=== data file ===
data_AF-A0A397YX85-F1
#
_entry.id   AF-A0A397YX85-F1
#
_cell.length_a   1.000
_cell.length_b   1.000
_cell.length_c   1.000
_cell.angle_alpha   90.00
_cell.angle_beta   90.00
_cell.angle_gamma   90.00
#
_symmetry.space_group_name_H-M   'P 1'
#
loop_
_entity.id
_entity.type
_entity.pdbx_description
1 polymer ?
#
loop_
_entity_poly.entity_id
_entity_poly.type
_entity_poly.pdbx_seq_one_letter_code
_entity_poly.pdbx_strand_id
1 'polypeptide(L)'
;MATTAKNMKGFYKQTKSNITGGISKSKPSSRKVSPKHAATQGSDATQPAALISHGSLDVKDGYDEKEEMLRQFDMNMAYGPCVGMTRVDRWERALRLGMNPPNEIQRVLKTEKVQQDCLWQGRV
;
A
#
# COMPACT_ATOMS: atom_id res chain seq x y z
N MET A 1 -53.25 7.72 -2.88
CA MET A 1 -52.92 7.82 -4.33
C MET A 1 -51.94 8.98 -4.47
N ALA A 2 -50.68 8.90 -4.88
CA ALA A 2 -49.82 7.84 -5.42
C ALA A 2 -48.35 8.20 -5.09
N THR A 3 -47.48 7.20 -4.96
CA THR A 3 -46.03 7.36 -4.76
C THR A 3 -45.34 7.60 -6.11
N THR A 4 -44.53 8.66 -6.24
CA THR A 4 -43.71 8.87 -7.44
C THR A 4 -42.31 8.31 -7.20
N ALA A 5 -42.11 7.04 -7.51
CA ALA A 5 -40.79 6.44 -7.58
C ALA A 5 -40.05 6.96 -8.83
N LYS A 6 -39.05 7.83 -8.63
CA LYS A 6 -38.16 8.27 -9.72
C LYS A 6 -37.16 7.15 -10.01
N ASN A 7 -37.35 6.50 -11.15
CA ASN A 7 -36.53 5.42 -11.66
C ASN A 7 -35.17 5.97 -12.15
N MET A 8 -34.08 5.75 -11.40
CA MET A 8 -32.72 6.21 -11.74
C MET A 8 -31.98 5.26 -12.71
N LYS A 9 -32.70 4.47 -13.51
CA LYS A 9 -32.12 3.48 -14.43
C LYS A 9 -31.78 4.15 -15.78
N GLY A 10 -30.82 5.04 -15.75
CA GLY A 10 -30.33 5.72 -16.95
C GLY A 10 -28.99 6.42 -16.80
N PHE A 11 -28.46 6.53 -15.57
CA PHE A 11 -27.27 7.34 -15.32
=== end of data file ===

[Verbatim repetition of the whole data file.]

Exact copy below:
data_AF-A0A397YX85-F1
#
_entry.id   AF-A0A397YX85-F1
#
_cell.length_a   1.000
_cell.length_b   1.000
_cell.length_c   1.000
_cell.angle_alpha   90.00
_cell.angle_beta   90.00
_cell.angle_gamma   90.00
#
_symmetry.space_group_name_H-M   'P 1'
#
loop_
_entity.id
_entity.type
_entity.pdbx_description
1 polymer ?
#
loop_
_entity_poly.entity_id
_entity_poly.type
_entity_poly.pdbx_seq_one_letter_code
_entity_poly.pdbx_strand_id
1 'polypeptide(L)'
;MATTAKNMKGFYKQTKSNITGGISKSKPSSRKVSPKHAATQGSDATQPAALISHGSLDVKDGYDEKEEMLRQFDMNMAYGPCVGMTRVDRWERALRLGMNPPNEIQRVLKTEKVQQDCLWQGRV
;
A
#
# COMPACT_ATOMS: atom_id res chain seq x y z
N MET A 1 -53.25 7.72 -2.88
CA MET A 1 -52.92 7.82 -4.33
C MET A 1 -51.94 8.98 -4.47
N ALA A 2 -50.68 8.90 -4.88
CA ALA A 2 -49.82 7.84 -5.42
C ALA A 2 -48.35 8.20 -5.09
N THR A 3 -47.48 7.20 -4.96
CA THR A 3 -46.03 7.36 -4.76
C THR A 3 -45.34 7.60 -6.11
N THR A 4 -44.53 8.66 -6.24
CA THR A 4 -43.71 8.87 -7.44
C THR A 4 -42.31 8.31 -7.20
N ALA A 5 -42.11 7.04 -7.51
CA ALA A 5 -40.79 6.44 -7.58
C ALA A 5 -40.05 6.96 -8.83
N LYS A 6 -39.05 7.83 -8.63
CA LYS A 6 -38.16 8.27 -9.72
C LYS A 6 -37.16 7.15 -10.01
N ASN A 7 -37.35 6.50 -11.15
CA ASN A 7 -36.53 5.42 -11.66
C ASN A 7 -35.17 5.97 -12.15
N MET A 8 -34.08 5.75 -11.40
CA MET A 8 -32.72 6.21 -11.74
C MET A 8 -31.98 5.26 -12.71
N LYS A 9 -32.70 4.47 -13.51
CA LYS A 9 -32.12 3.48 -14.43
C LYS A 9 -31.78 4.15 -15.78
N GLY A 10 -30.82 5.04 -15.75
CA GLY A 10 -30.33 5.72 -16.95
C GLY A 10 -28.99 6.42 -16.80
N PHE A 11 -28.46 6.53 -15.57
CA PHE A 11 -27.27 7.34 -15.32